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About The Sunday Oregonian. (Portland, Ore.) 1881-current | View This Issue
THE SUNDAY OREGOXIAX. PORTLAND. ArRIT, 2G, 190S.
OBJECT TO LOCAL
and the hostile forces withdrew to prepare
for the real battle, which will occur on
the date named, barriung possible con
tinuance. It is known that the liquor interest! In
tend to fight hard to preserve the Lower
Alolna territory and certain "wet'" dis
tricts west of Union avenue, extending
from 811 wood to St. John. Linking these
districts in with ML Tabor. Irvlngton
and the districts generally rast of Union
avenue might leave the whole East Bide
dry. The outcome of the scrimmage will
be watched with interest.
CLASSIC REPRODUCTIONS IN
Liquor Interests Carry Fight
for East Side Precincts
CONFLICT IN DOCUMENTS
J.auycr Aert That 89, 0 and tl
.r GrouiMHl for Vole Vndrr Two
Srparale Subdivision, Con
trary to the Law.
Prohibition and tho liquor interests en
Kxd in the first nkirroUh for posjs)on
of Kmnt 6fd ntrong holds, in the County
Court. yfstrdy forenoon. The campaign
prnniinea to prove an exritlnff. if not a
bitter one, local optlonieta maneuvering
to carry the Eaat tjide ax a whole and
the liquor lniereata fighting stubbornly
to maintain a few atrongholdH of the
'Momon rum." The anti-saloon element
have two petitions for position on the
ballot at the June election, while the
other have three.
Am usual, the squabble is on points of
law. Trie liquor Interenta took occasion
In court yesterday morning to attack, the
local option petition, which was filed sev
eral days ago and which makes a sub
division of the entire East lde. as well
as a. subsequent petition asking for a
vote on Precincts 89. 90 and 91. These
two petitions conflict under the law. which
authorised no grouping of precincts in
two or more separate subdivisions. Any
precinct may be voted on separately and
In one subdivision or group of precincts,
but may not be include In more than
Several Issues Raised.
While this point was attacked yester
day by Jotin F. Logan and Ralph Moody,
r-presenting the "wet" element. It was
not the subject of the main assault. Var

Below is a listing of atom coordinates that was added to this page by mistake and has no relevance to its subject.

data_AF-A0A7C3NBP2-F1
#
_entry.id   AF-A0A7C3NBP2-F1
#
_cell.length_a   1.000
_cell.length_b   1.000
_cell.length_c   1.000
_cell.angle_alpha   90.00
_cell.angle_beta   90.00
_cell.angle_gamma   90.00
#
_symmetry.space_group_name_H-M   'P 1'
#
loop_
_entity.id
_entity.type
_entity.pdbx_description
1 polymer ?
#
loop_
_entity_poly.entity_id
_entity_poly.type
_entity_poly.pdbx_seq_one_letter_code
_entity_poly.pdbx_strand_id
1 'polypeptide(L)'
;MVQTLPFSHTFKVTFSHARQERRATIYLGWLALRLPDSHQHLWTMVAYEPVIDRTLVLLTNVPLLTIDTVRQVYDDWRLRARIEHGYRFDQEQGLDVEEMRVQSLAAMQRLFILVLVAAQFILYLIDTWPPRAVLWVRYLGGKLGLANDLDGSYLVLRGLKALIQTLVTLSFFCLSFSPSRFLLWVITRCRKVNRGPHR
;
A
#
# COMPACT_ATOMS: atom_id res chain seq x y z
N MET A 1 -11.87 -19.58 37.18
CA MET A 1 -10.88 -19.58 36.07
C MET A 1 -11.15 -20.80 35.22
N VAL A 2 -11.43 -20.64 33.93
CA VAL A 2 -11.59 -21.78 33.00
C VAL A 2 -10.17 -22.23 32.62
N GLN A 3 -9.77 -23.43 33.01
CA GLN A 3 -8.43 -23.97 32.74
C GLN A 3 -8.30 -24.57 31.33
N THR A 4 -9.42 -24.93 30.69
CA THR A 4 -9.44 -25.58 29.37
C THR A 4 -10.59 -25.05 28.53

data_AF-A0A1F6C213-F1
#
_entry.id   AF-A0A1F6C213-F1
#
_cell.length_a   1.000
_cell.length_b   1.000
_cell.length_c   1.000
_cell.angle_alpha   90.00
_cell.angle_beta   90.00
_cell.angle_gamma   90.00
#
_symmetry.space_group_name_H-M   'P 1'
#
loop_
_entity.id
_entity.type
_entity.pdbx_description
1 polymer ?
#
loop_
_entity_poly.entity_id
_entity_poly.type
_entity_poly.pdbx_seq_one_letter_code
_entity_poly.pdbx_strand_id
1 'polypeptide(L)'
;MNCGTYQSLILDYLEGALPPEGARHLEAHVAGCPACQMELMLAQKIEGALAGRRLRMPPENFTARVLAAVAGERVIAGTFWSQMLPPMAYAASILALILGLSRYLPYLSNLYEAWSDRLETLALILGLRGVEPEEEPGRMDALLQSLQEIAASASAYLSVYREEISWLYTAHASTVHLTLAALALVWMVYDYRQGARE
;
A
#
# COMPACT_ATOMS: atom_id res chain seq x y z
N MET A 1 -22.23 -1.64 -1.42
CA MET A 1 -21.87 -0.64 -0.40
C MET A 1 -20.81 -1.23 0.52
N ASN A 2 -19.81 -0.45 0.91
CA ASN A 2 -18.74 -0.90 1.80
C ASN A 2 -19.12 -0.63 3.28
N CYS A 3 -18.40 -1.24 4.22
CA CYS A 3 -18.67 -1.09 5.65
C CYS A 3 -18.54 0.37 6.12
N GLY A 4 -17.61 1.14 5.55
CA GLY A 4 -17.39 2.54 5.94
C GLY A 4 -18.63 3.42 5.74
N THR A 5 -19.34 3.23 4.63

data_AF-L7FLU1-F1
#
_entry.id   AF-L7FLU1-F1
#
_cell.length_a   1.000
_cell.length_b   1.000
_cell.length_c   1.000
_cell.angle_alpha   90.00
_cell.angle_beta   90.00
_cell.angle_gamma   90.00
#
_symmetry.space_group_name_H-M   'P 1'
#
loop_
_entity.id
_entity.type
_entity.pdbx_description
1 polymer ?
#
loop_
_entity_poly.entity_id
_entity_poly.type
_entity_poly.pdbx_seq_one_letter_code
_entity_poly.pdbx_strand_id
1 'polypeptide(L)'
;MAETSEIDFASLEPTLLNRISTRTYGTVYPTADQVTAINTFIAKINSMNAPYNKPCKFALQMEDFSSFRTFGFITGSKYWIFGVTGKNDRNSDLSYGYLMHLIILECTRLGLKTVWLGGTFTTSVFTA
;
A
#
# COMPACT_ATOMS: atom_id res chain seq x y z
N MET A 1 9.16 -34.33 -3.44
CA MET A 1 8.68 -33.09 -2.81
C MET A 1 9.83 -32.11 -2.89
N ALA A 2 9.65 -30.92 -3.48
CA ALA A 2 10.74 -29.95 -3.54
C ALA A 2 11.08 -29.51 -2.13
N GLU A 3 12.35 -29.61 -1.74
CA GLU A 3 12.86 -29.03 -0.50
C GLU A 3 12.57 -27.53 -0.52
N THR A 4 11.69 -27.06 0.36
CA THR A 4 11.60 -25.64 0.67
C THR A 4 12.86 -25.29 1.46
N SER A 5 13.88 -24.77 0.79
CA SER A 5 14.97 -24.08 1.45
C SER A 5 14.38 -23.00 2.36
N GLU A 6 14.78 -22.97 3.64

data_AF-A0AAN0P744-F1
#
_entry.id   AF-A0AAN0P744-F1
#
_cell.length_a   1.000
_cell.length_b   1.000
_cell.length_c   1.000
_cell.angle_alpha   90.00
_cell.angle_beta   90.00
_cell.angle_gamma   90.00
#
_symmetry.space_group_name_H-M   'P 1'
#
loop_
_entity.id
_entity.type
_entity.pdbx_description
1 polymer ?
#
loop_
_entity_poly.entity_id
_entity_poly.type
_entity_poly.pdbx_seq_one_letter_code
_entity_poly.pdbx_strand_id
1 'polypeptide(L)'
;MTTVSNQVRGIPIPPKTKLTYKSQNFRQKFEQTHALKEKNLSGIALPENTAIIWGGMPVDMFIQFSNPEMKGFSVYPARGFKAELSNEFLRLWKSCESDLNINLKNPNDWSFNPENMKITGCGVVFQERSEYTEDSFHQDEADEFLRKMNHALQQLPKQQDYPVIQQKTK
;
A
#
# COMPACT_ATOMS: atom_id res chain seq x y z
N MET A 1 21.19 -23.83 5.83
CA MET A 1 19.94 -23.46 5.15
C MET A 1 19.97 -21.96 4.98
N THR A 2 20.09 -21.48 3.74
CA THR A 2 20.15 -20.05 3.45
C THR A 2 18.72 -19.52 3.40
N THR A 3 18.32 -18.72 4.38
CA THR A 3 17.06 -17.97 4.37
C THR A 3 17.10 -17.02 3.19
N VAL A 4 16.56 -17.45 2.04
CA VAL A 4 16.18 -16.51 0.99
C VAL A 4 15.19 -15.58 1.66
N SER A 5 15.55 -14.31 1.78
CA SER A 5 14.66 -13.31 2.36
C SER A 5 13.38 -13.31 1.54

ious other aspects of the local option law
were brought Into Issue. E. 8. J. Mc
Allister, ' representing the prohibition
forces, presented his answers to the con
tentions put forward by lxgan and
Moody. Muoh confusion resulted, how
ever, and County Judge Webster finally
suggested that there be a continuance
and that the differences be consistently
. The court said he was not even sure
he had any authority to hear the affair
out or to act on the petitions, as no suoh
authority waa explicitly bestowed by the
local option enactment. May 7 was aet
as the date for formal hearing.
The Importance of the fight is not hard
to understand, nor Is Its significance. At
this time the saloons of the East Side
are confined almost entirely to the water
front district, and west of Union avenue.
It Is not likely that these districts could
be controlled in the cause of local option
without the hardest kind of a fight, at
least. Put could these districts be thrown
In subdivisions with the populous terri
tory east thereof, the result is not diffi
cult to foresee.
'What the Law Says.
Now. the law very plainly says that
any district which votes dry at a regular
election cannot regularly be brought up
for vote again until the elapse of two
years. As was pointed out toy Mr. Logan,
local option was passed on in a number
of districts at the city election last year.
For example, old districts 41. 43 and 43
went dry last year, and yet they are in
cluded m the sweeping petition which
makes one vast voting subdivision out of
tho entire East Side.
"I think that showing is sufficient to
throw the petition out," said Mr. I-ogan,
If there was any action on the pre
cincts named last year t was irregular,
according to Mr. McAllister's view of
the case. He said there was an election
In 19o6, and that any consequent election,
up to June 1, 190$, would not be regular.
Therefore, ho was not Inclined to admit
that the petition making a subdivision of
the entire Kjist Side was In any way de
fective. Mr. McAllister also contended
that if the East Side petition la good and
valid, any others would be in conflict,
no matter by whom submitted, Inasmuch
as the law provides that no precinct can
be Included in more than one subdivision.
Prepare for Real Fight.
It was suggested that the contentions
b gotten together in concise form and
brought up regularly before the court.
May 7. at 2 P. M. This was decided on
A(.KD HUSBAND 1XHKED OUT
G. F. Ritter Says He Was Object
of Rid Ion le.
Because he was old., feeble and In bad